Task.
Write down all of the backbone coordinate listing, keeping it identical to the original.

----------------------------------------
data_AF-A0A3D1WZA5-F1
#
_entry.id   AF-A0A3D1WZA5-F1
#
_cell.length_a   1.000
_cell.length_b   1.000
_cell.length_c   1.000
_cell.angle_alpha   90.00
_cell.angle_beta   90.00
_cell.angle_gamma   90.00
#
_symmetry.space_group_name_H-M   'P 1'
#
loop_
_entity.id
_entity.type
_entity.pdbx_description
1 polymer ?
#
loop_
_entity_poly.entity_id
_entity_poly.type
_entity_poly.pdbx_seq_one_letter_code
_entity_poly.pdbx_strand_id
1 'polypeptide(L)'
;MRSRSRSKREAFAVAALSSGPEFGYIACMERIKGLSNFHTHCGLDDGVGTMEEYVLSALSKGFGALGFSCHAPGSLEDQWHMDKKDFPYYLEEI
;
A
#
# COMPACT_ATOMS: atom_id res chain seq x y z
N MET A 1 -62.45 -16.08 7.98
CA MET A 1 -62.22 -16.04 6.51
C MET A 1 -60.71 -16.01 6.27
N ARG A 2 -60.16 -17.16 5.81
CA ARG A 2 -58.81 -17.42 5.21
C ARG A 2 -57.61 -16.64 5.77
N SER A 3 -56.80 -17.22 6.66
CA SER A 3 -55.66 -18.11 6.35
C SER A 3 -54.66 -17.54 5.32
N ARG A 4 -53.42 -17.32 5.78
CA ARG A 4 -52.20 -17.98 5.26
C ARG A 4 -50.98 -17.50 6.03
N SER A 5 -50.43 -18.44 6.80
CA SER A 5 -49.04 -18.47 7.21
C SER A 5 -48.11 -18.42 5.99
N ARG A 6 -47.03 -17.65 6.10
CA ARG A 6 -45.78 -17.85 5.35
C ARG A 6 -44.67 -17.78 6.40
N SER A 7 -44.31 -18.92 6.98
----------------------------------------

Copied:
data_AF-A0A3D1WZA5-F1
#
_entry.id   AF-A0A3D1WZA5-F1
#
_cell.length_a   1.000
_cell.length_b   1.000
_cell.length_c   1.000
_cell.angle_alpha   90.00
_cell.angle_beta   90.00
_cell.angle_gamma   90.00
#
_symmetry.space_group_name_H-M   'P 1'
#
loop_
_entity.id
_entity.type
_entity.pdbx_description
1 polymer ?
#
loop_
_entity_poly.entity_id
_entity_poly.type
_entity_poly.pdbx_seq_one_letter_code
_entity_poly.pdbx_strand_id
1 'polypeptide(L)'
;MRSRSRSKREAFAVAALSSGPEFGYIACMERIKGLSNFHTHCGLDDGVGTMEEYVLSALSKGFGALGFSCHAPGSLEDQWHMDKKDFPYYLEEI
;
A
#
# COMPACT_ATOMS: atom_id res chain seq x y z
N MET A 1 -62.45 -16.08 7.98
CA MET A 1 -62.22 -16.04 6.51
C MET A 1 -60.71 -16.01 6.27
N ARG A 2 -60.16 -17.16 5.81
CA ARG A 2 -58.81 -17.42 5.21
C ARG A 2 -57.61 -16.64 5.77
N SER A 3 -56.80 -17.22 6.66
CA SER A 3 -55.66 -18.11 6.35
C SER A 3 -54.66 -17.54 5.32
N ARG A 4 -53.42 -17.32 5.78
CA ARG A 4 -52.20 -17.98 5.26
C ARG A 4 -50.98 -17.50 6.03
N SER A 5 -50.43 -18.44 6.80
CA SER A 5 -49.04 -18.47 7.21
C SER A 5 -48.11 -18.42 5.99
N ARG A 6 -47.03 -17.65 6.10
CA ARG A 6 -45.78 -17.85 5.35
C ARG A 6 -44.67 -17.78 6.40
N SER A 7 -44.31 -18.92 6.98